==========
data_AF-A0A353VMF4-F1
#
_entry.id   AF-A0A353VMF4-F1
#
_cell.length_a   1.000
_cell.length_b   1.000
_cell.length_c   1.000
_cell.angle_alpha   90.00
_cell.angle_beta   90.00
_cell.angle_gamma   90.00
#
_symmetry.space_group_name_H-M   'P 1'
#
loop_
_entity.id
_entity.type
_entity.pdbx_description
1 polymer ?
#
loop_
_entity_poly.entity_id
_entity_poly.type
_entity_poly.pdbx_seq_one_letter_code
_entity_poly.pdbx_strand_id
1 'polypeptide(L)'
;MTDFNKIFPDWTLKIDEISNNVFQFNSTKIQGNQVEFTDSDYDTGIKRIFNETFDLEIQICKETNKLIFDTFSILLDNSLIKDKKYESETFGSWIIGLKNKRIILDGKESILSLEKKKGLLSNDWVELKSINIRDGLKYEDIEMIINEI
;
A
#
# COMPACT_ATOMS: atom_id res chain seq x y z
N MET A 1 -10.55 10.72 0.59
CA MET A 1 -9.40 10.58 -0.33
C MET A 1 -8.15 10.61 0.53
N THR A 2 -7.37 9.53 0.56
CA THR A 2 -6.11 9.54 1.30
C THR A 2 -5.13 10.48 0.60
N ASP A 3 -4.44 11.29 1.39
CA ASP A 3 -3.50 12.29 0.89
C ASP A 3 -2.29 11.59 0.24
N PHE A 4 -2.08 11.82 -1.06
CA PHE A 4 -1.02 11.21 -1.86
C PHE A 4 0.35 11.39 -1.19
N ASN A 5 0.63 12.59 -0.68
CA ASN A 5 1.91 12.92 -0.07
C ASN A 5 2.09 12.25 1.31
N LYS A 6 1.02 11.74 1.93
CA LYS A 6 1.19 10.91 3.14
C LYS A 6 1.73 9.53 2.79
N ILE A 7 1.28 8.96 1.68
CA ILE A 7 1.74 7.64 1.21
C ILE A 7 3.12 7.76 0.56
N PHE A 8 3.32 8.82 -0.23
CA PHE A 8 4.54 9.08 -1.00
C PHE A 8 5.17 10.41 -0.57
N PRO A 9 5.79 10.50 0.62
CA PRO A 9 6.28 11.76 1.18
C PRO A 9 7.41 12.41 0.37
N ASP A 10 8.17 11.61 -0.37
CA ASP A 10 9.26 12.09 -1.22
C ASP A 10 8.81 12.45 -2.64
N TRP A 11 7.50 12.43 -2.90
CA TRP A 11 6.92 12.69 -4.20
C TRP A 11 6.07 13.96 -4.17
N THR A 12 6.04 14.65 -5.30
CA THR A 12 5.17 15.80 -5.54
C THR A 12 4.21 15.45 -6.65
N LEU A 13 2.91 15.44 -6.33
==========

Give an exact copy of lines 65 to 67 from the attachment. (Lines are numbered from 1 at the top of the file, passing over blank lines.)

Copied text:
CA THR A 12 5.17 15.80 -5.54
C THR A 12 4.21 15.45 -6.65
N LEU A 13 2.91 15.44 -6.33